Homeowners must pick the right grass for their lawns, and residents of Detroit, MI have several good options. Kentucky Bluegrass, Perennial Ryegrass, and Fine Fescues are three primary choices. Picking the wrong choice increases the likelihood that your grass will die throughout the year. Each grass type prefers different climates and weather zones. Let’s take a look at the best grass types for lawns in Detroit, MI.
The most common grass type in Michigan is Kentucky Bluegrass. In most cases, it is mixed with Perennial Ryegrass to encourage faster germination. Kentucky Bluegrass takes a few months to germinate and establish, but Perennial Ryegrass only takes two weeks, on average.
Kentucky Bluegrass is winter hardy, perfect for USDA Hardiness Zones 2 to 7. It is perfect for all the snow and cold temperatures residents in Detroit experience. Kentucky Bluegrass isn’t too particular about the type of soil it grows in. You will find it grows well in sandy soil, which is common near areas with water.
Make sure you maintain your grass well if you decide to use Kentucky Bluegrass. It thrives during cool, moist weather, and grows slower during hot, dry summers. Watering is necessary during dry conditions. Mow to a height of 1.5 to 2.5 inches.
Perennial Ryegrass is a common choice to mix with Kentucky Bluegrass, as mentioned above. Mixing these two types of grass helps prevent lawn erosion. This grass type prefers medium levels of fertility, and well-draining soil is best. Mow to a height of 1.5 to 2.5 inches.
There are two types of Perennial Ryegrass – common and improved. Common Perennial doesn’t tolerate cold winters, so don’t pick this type for your Detroit lawn. Improved Perennial handles cold winters well. Make sure you select the right kind if you want to use Perennial Ryegrass for rapid cover and erosion protection.
For shady lawns, Creeping Red, a type of Fine Fescue, is a great choice. This grass type can thrive under full sunlight, but it prefers a location with more shade. Creeping Red tolerates infertile, drought-like soil well—and doesn’t tolerate wet, poorly draining soils.
Compared to Kentucky Bluegrass, Creeping Red requires less maintenance, so it is ideal for those homeowners who want to mow their grass, and that’s it. You don’t need to water or fertilize often. Too much water and fertilizer can cause thinning and cause leafspot disease to develop in your thinned lawn. For best results, add a layer of sand to the top of your soil during preparation. Fine Fescue loves sandy soils and good drainage. Mow to a height of 3 to 4 inches.
Creeping Red, along with any other fine-leafed fescue, rarely are planted alone. Instead, use this grass type in a mixture with Kentucky Bluegrass. Any fine fescue mixes well with cool-season turf grasses that require little maintenance.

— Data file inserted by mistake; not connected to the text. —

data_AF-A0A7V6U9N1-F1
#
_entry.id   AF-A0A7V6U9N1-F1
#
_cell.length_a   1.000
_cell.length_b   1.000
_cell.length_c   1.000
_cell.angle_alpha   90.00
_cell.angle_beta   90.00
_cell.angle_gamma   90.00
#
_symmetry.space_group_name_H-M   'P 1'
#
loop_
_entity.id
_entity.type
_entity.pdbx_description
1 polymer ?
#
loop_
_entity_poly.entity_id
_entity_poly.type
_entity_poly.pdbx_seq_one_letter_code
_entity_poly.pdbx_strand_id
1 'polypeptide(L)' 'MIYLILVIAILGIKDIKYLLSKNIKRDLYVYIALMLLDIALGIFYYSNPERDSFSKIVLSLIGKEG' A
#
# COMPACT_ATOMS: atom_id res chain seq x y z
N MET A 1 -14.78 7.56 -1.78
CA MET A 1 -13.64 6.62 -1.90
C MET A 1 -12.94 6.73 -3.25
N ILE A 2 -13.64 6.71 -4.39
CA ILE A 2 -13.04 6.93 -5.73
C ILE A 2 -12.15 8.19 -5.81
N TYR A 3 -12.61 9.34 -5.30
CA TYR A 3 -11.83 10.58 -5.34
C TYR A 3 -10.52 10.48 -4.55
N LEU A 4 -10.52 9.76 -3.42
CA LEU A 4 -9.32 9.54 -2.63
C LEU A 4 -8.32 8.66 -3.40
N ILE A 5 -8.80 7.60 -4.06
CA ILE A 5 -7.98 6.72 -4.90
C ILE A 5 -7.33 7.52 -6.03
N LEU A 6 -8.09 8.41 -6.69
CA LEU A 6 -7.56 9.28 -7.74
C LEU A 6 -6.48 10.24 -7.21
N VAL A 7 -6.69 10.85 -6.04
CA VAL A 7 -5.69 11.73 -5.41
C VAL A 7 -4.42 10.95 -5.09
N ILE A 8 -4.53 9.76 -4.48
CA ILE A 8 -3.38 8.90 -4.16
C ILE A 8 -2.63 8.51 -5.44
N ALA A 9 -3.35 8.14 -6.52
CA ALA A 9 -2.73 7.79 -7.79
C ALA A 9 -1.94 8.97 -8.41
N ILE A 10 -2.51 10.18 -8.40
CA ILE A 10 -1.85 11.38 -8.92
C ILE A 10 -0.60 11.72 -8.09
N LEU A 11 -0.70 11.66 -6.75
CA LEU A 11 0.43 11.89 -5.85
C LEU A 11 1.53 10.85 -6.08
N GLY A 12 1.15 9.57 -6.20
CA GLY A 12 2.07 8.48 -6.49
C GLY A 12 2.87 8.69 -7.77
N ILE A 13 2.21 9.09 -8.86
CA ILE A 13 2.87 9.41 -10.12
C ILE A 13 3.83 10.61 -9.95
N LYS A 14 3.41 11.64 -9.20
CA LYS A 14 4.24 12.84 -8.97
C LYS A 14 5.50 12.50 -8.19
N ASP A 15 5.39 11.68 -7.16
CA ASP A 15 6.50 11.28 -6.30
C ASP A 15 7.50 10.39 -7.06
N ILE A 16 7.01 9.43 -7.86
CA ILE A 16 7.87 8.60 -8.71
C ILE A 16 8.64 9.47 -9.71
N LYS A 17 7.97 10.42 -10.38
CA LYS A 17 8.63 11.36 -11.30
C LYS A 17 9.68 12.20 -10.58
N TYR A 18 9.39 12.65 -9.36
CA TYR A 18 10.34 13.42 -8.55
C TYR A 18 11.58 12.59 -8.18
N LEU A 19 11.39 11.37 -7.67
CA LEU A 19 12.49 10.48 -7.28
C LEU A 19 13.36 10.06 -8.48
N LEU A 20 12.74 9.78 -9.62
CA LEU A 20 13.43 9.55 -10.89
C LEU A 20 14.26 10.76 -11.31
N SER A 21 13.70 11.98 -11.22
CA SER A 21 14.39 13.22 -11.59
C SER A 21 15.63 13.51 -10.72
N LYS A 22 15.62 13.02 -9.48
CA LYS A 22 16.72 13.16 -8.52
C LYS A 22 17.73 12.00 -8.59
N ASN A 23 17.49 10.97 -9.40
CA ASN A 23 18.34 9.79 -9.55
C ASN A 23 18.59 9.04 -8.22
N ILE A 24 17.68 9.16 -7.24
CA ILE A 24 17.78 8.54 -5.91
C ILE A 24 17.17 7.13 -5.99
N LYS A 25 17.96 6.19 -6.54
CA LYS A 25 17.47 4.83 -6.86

Tall Fescue is another tough, durable grass that grows well in Detroit, MI, thriving in Hardiness Zones 2 to 7. Unlike other grass types, Tall Fescue has a deep root system that makes it strong against heavy traffic, heat, and drought conditions. Their contraction of disease and pest problems are rare.
Ideally, you don’t want to use Tall Fescue to seed bare or thin spots because it has a unique look that doesn’t blend with other grasses. Plant Tall Fescue in sun and shade, but most fescues do well in the shade. Remember mow to a height of 2 to 3 inches.
Bentgrass is commonly found as a weed in Michigan because the look is rough compared to other grass types. Bentgrass isn’t ideal for a homeowner that wants a well-manicured lawn due to the look. It isn’t drought or heat tolerant. Avoid blending it with Kentucky Bluegrass or any other lawn seed mixture.
Bentgrass is a great choice for golf courses, where they mow to a short height. Homeowners should avoid this grass type because it requires a lot of maintenance to keep a nice look. This grass is extremely fine-textured, dense, and uniform when you manage properly. The proper maintenance requires time and can be costly when purchasing fertilizer and watering appropriately. Bentgrass needs to be cut short, so mow to a height of .5 to 1 inch.
The best time to plant grass seed in Detroit is the late summer, between the middle of August and the end of September. This time frame is perfect because the extreme summer heat comes to an end and more rainfall starts as the dry conditions end. However, end of summer is still far enough from winter that the grass has time to establish a long root system to be able to withstand cold, snowy conditions.
Kentucky Bluegrass is the most common grass type for Detroit, MI lawns. If you have shade in your lawn, consider mixing with fine or tall fescue. Remember that Bentgrass requires a lot of maintenance, so only pick that if you are prepared to spend a lot of time on it.
Need help preparing your lawn? Visit our Detroit lawn care page to get in touch with a professional! In addition to Detroit, we provide lawn care services in other cities including Grand Rapids and Lansing.
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